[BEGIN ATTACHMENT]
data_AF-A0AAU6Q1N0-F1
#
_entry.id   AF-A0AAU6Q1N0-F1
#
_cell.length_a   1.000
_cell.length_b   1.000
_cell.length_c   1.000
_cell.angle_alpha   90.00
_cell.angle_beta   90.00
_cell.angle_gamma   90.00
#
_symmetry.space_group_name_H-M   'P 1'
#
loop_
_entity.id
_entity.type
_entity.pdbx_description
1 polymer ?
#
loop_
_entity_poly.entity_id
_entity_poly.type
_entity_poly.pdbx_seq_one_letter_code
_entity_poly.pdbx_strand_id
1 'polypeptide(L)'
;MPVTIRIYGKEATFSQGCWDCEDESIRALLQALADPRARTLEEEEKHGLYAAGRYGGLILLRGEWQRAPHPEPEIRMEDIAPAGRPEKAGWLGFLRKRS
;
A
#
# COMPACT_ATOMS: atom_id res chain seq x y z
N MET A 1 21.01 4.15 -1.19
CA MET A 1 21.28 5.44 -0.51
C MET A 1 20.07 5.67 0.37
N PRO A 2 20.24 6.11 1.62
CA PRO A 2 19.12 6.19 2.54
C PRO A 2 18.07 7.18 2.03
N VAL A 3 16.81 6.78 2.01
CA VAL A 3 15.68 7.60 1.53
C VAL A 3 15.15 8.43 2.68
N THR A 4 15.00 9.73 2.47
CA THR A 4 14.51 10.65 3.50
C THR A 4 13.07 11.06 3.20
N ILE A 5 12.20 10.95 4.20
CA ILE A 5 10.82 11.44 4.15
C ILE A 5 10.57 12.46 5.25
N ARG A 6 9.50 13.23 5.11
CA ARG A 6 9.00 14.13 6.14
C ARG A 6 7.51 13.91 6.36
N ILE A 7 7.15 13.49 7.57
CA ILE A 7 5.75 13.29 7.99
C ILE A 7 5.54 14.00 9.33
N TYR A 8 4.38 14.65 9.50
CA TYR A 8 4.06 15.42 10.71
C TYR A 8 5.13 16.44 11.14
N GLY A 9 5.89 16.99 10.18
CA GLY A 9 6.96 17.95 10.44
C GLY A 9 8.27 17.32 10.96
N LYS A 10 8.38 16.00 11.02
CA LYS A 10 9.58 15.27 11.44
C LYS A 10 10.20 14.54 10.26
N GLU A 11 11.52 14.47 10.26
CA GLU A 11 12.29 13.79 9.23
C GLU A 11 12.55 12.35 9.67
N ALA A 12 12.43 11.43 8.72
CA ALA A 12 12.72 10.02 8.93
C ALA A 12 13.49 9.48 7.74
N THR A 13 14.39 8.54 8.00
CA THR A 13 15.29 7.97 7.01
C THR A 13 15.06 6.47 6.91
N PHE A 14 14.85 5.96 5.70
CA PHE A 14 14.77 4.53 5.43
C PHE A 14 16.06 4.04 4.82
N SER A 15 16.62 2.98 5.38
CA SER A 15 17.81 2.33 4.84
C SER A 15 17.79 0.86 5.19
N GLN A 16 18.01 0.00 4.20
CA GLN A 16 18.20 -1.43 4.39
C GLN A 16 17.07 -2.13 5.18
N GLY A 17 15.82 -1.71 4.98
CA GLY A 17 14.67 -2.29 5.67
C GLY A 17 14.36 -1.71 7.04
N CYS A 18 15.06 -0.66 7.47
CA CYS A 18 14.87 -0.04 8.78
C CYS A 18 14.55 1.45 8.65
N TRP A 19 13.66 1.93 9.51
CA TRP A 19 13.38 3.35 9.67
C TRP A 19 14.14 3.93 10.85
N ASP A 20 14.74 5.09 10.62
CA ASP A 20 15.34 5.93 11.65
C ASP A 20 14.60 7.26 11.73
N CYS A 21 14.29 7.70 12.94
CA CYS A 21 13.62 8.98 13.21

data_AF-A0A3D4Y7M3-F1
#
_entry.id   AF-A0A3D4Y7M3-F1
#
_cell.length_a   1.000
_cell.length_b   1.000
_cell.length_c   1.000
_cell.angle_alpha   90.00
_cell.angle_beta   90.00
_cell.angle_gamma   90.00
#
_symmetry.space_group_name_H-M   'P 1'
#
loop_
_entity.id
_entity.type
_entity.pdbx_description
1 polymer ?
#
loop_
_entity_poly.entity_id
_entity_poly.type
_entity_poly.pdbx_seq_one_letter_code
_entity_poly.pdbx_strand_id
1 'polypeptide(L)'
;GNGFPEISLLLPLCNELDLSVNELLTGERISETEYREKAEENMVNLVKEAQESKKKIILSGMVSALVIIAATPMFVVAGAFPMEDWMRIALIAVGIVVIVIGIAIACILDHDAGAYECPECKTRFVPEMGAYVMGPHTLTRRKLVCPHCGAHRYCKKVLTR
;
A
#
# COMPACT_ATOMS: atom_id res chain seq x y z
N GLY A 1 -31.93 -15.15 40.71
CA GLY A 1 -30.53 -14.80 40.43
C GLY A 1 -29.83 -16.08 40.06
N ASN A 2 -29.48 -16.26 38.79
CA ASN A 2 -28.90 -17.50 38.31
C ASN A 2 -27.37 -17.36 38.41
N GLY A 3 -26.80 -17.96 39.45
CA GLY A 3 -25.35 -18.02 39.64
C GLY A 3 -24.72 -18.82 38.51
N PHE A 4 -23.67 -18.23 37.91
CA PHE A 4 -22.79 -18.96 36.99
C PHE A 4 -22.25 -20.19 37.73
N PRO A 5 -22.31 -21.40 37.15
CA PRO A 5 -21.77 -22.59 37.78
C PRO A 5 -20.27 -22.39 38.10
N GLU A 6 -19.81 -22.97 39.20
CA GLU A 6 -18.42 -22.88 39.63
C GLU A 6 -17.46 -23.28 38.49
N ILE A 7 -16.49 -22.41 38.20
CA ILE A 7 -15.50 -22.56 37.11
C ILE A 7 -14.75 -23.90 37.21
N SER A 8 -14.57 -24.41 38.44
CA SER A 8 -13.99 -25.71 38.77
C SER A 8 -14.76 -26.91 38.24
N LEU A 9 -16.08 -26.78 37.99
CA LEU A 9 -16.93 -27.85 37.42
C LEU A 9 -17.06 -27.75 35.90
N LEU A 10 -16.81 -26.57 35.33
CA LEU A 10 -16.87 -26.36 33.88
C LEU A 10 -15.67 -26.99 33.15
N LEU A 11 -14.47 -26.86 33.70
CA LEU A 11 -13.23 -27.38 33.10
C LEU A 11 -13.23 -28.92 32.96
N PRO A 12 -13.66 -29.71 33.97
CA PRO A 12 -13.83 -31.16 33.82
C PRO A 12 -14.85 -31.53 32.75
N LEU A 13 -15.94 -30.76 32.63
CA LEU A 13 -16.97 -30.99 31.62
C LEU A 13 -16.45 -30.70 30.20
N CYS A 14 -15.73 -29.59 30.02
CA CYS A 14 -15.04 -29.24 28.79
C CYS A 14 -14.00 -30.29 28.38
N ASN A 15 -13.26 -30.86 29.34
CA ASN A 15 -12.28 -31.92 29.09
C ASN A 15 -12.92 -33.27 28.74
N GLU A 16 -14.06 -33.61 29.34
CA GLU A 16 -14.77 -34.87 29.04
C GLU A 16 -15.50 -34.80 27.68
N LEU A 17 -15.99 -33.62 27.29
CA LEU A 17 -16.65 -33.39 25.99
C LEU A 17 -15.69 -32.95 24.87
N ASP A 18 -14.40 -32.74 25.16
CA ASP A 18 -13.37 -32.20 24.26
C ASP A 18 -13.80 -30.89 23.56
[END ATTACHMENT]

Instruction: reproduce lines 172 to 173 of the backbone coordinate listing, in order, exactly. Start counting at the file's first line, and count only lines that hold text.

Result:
CA LEU A 17 -16.65 -33.39 25.99
C LEU A 17 -15.69 -32.95 24.87